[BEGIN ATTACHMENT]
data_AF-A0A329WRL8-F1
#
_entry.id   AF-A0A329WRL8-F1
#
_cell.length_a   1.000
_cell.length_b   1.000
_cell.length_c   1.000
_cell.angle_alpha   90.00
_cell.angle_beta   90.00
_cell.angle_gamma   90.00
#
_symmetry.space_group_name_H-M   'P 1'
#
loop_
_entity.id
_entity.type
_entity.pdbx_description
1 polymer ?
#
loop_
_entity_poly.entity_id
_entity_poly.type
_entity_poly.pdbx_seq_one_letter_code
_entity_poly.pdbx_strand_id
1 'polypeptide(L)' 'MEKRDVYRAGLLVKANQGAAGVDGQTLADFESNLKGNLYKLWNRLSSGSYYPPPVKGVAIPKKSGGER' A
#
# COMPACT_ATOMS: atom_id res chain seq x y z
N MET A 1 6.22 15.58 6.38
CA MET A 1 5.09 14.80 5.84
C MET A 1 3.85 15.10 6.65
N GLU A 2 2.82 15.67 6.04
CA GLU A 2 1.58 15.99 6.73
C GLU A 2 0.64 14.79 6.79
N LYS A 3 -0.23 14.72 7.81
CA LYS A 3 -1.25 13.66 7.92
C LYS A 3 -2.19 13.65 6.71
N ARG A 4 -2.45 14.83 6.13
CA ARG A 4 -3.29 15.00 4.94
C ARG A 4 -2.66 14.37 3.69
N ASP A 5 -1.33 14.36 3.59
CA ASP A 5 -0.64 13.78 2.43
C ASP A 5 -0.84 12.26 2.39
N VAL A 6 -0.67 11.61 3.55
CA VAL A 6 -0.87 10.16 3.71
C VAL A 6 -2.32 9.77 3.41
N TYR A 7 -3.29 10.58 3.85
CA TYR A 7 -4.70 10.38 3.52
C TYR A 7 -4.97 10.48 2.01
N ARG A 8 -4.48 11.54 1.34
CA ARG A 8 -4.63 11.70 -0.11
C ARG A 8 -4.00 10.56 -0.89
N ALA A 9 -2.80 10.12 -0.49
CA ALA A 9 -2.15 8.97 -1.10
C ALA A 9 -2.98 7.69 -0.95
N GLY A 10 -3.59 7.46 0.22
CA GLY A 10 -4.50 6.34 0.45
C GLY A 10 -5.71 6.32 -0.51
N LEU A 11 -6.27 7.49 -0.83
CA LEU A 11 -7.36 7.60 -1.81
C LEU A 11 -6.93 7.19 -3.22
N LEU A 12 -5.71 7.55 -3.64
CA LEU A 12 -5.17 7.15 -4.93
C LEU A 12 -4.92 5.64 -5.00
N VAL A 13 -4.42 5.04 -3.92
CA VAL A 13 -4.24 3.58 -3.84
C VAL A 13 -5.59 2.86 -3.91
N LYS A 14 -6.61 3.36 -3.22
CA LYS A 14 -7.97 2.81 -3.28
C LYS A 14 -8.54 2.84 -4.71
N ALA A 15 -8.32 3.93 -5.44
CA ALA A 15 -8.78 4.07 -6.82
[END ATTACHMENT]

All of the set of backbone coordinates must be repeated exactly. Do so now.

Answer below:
data_AF-A0A329WRL8-F1
#
_entry.id   AF-A0A329WRL8-F1
#
_cell.length_a   1.000
_cell.length_b   1.000
_cell.length_c   1.000
_cell.angle_alpha   90.00
_cell.angle_beta   90.00
_cell.angle_gamma   90.00
#
_symmetry.space_group_name_H-M   'P 1'
#
loop_
_entity.id
_entity.type
_entity.pdbx_description
1 polymer ?
#
loop_
_entity_poly.entity_id
_entity_poly.type
_entity_poly.pdbx_seq_one_letter_code
_entity_poly.pdbx_strand_id
1 'polypeptide(L)' 'MEKRDVYRAGLLVKANQGAAGVDGQTLADFESNLKGNLYKLWNRLSSGSYYPPPVKGVAIPKKSGGER' A
#
# COMPACT_ATOMS: atom_id res chain seq x y z
N MET A 1 6.22 15.58 6.38
CA MET A 1 5.09 14.80 5.84
C MET A 1 3.85 15.10 6.65
N GLU A 2 2.82 15.67 6.04
CA GLU A 2 1.58 15.99 6.73
C GLU A 2 0.64 14.79 6.79
N LYS A 3 -0.23 14.72 7.81
CA LYS A 3 -1.25 13.66 7.92
C LYS A 3 -2.19 13.65 6.71
N ARG A 4 -2.45 14.83 6.13
CA ARG A 4 -3.29 15.00 4.94
C ARG A 4 -2.66 14.37 3.69
N ASP A 5 -1.33 14.36 3.59
CA ASP A 5 -0.64 13.78 2.43
C ASP A 5 -0.84 12.26 2.39
N VAL A 6 -0.67 11.61 3.55
CA VAL A 6 -0.87 10.16 3.71
C VAL A 6 -2.32 9.77 3.41
N TYR A 7 -3.29 10.58 3.85
CA TYR A 7 -4.70 10.38 3.52
C TYR A 7 -4.97 10.48 2.01
N ARG A 8 -4.48 11.54 1.34
CA ARG A 8 -4.63 11.70 -0.11
C ARG A 8 -4.00 10.56 -0.89
N ALA A 9 -2.80 10.12 -0.49
CA ALA A 9 -2.15 8.97 -1.10
C ALA A 9 -2.98 7.69 -0.95
N GLY A 10 -3.59 7.46 0.22
CA GLY A 10 -4.50 6.34 0.45
C GLY A 10 -5.71 6.32 -0.51
N LEU A 11 -6.27 7.49 -0.83
CA LEU A 11 -7.36 7.60 -1.81
C LEU A 11 -6.93 7.19 -3.22
N LEU A 12 -5.71 7.55 -3.64
CA LEU A 12 -5.17 7.15 -4.93
C LEU A 12 -4.92 5.64 -5.00
N VAL A 13 -4.42 5.04 -3.92
CA VAL A 13 -4.24 3.58 -3.84
C VAL A 13 -5.59 2.86 -3.91
N LYS A 14 -6.61 3.36 -3.22
CA LYS A 14 -7.97 2.81 -3.28
C LYS A 14 -8.54 2.84 -4.71
N ALA A 15 -8.32 3.93 -5.44
CA ALA A 15 -8.78 4.07 -6.82